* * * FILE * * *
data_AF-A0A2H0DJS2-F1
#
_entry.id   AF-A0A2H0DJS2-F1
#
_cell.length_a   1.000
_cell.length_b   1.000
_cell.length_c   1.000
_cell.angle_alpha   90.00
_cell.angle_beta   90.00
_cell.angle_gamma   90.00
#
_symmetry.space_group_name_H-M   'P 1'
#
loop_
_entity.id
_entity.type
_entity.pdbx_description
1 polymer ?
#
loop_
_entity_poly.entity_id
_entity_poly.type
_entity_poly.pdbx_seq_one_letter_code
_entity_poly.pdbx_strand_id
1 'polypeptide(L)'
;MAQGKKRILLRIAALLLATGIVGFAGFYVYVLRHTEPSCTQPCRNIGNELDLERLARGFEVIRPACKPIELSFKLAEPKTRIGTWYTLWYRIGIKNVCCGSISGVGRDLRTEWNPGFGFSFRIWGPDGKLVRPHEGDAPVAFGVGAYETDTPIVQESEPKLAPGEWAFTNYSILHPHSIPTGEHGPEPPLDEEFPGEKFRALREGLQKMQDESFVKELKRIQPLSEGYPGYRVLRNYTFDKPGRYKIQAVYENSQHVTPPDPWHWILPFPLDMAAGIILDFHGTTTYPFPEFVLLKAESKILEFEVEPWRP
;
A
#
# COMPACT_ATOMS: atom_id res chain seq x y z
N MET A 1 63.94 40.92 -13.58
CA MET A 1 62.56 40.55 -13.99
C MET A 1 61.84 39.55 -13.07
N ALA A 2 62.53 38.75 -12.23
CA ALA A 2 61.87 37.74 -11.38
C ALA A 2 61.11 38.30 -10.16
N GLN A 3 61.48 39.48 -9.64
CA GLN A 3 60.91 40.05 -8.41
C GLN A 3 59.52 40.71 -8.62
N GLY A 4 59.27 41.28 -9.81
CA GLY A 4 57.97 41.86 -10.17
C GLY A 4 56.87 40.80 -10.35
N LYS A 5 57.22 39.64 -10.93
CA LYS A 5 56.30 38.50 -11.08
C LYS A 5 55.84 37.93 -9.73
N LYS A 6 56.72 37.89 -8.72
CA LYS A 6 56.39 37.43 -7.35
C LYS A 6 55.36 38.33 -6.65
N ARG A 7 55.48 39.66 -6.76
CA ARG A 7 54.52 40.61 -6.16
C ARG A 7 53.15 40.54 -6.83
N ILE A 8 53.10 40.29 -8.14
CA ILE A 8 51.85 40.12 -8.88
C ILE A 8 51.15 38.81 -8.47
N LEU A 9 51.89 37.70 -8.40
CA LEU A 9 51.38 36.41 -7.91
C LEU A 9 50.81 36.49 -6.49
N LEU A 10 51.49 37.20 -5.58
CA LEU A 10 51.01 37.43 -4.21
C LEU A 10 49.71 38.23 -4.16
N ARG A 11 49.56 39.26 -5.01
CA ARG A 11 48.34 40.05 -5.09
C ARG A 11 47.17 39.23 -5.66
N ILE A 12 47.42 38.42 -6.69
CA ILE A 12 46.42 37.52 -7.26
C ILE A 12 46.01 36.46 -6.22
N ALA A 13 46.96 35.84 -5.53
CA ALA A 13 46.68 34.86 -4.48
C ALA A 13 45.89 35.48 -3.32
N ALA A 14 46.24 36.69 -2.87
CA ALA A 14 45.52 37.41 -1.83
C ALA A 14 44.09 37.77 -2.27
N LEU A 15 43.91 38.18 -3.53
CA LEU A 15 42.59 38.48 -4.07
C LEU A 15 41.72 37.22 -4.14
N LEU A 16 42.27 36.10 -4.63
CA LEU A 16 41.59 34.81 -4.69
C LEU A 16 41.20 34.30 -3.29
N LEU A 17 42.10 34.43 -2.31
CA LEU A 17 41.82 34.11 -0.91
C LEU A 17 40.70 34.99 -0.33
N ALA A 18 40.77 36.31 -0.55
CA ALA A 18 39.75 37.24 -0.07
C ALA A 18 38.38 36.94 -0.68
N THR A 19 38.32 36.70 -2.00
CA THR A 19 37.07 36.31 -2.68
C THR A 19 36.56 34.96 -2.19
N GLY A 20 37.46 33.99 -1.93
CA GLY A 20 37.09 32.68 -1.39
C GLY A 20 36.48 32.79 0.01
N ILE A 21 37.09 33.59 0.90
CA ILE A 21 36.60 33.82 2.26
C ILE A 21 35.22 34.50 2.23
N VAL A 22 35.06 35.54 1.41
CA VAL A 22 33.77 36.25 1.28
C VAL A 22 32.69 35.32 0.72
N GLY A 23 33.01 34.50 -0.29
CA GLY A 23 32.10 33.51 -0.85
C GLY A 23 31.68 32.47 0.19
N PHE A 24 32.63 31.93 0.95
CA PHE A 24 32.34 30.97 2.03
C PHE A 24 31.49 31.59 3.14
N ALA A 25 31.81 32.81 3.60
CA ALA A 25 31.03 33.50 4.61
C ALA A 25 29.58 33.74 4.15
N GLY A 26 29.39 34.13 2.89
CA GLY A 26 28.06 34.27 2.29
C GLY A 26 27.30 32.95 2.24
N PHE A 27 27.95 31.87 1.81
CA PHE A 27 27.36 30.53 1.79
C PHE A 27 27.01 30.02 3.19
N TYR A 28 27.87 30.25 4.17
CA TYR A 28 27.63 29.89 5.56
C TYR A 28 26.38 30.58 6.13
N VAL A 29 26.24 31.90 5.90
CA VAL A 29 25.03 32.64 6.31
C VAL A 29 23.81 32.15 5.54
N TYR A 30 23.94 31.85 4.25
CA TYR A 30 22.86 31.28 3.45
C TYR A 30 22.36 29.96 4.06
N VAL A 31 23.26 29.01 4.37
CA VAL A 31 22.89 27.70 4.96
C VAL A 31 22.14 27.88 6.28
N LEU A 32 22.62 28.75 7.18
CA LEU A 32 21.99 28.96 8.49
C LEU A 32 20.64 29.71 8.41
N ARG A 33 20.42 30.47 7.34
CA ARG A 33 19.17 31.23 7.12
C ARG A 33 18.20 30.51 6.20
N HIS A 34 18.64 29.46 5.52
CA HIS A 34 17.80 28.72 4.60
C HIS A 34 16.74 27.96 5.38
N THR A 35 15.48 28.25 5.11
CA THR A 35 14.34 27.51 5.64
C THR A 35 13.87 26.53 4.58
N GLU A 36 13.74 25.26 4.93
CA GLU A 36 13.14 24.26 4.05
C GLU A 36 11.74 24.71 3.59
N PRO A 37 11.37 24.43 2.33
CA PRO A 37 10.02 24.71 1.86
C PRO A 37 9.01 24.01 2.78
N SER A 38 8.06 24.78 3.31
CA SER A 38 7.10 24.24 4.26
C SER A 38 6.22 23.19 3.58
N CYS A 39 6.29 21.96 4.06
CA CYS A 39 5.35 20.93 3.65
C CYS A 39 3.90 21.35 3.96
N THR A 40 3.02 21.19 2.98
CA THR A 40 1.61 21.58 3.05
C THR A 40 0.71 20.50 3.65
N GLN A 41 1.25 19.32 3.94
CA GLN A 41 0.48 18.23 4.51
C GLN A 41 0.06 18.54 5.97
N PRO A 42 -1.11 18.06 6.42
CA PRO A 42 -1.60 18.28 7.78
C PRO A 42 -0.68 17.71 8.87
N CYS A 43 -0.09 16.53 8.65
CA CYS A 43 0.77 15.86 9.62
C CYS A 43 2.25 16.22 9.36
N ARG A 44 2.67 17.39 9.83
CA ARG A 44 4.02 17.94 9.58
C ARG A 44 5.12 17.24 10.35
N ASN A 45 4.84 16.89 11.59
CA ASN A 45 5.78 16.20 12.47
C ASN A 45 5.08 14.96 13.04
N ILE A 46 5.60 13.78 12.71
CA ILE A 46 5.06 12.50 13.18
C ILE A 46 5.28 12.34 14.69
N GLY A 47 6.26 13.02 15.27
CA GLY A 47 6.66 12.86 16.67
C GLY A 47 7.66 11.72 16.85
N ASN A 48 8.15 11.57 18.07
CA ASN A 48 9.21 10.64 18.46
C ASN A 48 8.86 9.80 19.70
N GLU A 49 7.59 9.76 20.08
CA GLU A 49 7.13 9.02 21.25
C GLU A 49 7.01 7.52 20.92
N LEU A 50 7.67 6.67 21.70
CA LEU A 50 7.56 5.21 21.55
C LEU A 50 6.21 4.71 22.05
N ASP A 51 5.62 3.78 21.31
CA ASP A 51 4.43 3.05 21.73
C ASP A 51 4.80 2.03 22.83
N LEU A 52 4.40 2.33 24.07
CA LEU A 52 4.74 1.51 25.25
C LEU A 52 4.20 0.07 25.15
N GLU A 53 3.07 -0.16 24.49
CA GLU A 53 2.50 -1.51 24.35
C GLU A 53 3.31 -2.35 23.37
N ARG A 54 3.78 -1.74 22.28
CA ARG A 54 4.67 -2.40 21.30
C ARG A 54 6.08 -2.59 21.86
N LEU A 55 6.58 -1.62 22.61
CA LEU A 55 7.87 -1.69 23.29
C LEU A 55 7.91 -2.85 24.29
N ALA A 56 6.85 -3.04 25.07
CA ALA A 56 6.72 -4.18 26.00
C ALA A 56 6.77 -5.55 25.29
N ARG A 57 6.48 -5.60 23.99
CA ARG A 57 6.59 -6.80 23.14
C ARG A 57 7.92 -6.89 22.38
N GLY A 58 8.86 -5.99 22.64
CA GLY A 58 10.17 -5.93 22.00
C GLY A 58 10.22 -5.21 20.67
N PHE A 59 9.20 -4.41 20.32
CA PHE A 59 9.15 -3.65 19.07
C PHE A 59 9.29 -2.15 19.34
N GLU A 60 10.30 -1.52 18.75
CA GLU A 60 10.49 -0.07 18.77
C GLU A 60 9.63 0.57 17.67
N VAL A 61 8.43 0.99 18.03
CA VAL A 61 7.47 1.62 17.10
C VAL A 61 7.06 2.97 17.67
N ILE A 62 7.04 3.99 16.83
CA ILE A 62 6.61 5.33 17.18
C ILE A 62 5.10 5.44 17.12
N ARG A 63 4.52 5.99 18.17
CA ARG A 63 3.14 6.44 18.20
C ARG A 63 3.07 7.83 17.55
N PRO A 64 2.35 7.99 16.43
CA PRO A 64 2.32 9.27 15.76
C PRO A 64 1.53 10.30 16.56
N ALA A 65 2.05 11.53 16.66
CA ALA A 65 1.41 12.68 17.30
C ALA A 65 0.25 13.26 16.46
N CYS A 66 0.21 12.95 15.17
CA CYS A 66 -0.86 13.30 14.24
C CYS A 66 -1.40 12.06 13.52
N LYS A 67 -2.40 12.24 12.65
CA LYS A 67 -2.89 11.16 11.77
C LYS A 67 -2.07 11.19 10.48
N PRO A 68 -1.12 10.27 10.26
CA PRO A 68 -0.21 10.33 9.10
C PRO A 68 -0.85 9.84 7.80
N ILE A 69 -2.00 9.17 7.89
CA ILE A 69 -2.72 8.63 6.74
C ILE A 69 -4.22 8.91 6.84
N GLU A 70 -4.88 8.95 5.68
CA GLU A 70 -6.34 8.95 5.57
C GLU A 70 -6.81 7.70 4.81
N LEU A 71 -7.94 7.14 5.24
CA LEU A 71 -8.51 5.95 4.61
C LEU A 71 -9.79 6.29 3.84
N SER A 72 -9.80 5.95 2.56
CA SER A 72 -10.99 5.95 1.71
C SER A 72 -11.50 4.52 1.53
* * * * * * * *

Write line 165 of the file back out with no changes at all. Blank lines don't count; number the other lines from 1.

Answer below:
C ASN A 45 5.08 14.96 13.04